Task completed Wheat began an ascent to the upper decks; at C-deck he encountered purser Herbert McElroy who was hanging over the banister to address him, ordering him to "get the men up and get all lifebelts and all passengers." Wheat complied and descended back to the stewards' but found most of the stewards were already prepared. He then returned to his own cabin and took time to ensure everyone in that F-Deck compartment were out of their rooms; the area was abandoned. Making his way back to the staircase that could lead him up to E-deck, Wheat noticed that water was already trickling down the companionway from the deck above; he ascended to E-deck and noticed water beginning to inundate the starboard portion of that deck, the first class cabin areas. He went out the emergency door to Scotland Road which he noted was "quite dry" and saw only a handful of male steerage passengers making their way aft, several carrying or dragging luggage and boxes. Wheat then made for a service staircase and ascended to B-Deck where he encountered chief steward Andrew Latimer who was dressed in his great coat and with a life preserver over the top. Wheat offered up the advice to his superior to put the lifebelt on under his coat, but offered no explanation as to whether Latimer followed his advice.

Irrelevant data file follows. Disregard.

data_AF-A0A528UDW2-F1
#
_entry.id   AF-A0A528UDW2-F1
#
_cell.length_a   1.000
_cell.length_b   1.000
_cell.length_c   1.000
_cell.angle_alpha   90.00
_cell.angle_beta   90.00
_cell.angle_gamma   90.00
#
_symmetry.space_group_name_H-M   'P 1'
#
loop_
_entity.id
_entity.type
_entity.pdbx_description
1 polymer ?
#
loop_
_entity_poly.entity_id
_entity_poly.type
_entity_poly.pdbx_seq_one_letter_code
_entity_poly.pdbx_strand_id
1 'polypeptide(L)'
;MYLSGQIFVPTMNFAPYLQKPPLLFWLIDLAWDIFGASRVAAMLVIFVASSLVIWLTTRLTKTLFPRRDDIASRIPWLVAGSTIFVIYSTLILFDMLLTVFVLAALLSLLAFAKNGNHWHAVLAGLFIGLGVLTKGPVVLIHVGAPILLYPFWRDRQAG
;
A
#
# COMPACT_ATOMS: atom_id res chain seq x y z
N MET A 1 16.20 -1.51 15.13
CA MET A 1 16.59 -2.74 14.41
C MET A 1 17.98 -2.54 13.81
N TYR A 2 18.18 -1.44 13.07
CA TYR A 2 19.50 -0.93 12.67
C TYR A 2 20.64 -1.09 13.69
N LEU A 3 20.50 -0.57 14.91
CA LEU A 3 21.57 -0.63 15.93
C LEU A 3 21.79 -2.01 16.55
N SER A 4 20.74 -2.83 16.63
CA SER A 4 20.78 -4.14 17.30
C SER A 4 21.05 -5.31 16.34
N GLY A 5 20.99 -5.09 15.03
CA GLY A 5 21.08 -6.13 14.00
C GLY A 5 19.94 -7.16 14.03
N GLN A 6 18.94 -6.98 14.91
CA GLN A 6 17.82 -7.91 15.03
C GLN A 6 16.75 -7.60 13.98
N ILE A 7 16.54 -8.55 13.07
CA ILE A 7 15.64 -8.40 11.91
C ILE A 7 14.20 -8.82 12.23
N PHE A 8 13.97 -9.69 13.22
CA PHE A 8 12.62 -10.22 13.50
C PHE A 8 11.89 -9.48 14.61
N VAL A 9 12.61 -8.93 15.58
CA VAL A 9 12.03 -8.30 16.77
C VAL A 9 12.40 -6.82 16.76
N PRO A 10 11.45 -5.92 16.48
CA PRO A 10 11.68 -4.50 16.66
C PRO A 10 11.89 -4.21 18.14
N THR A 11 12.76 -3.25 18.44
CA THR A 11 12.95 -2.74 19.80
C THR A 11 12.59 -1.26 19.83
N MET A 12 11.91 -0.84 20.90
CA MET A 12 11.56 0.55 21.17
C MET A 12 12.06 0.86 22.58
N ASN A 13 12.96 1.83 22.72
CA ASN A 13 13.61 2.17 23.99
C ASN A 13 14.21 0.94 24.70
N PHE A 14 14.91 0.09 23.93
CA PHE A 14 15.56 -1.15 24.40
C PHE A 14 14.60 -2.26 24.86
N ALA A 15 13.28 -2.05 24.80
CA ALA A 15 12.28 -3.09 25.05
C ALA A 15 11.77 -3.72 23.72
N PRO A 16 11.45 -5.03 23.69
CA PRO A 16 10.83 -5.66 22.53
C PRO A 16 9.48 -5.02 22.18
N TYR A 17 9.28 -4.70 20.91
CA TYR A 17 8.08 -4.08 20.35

Wheat then pressed on and made his way to the aft-starboard boat deck where he observed that lifeboat 9 was being prepared to loading and with women and children being herded by stewards across from the portside. Wheat then received orders from first officer William Murdoch to take a contingent of stewards (around 70 in total) down to A-deck, the officer hoping that the aft starboard boats could be filled from there. Wheat took his stewards down and lined them up two-deep along the A-deck railing, fearing a rush but found the evacuation in that section of the ship to have been quite orderly. He shouted out orders for someone to check that the plug of boat 11 was in place and ordered five or six stewards to man the boat; with one foot on the railing and another in the lifeboat he helped fill that boat with women and children until it reached capacity. Murdoch peered over the side from the boat deck and barked "You have got enough there." Wheat testified that there were fifty-one women, three men, nine children, seven stewards, two sailors, one fireman and himself, making a total of 74 occupants. Lifeboat 11 was one of the most crowded to be launched.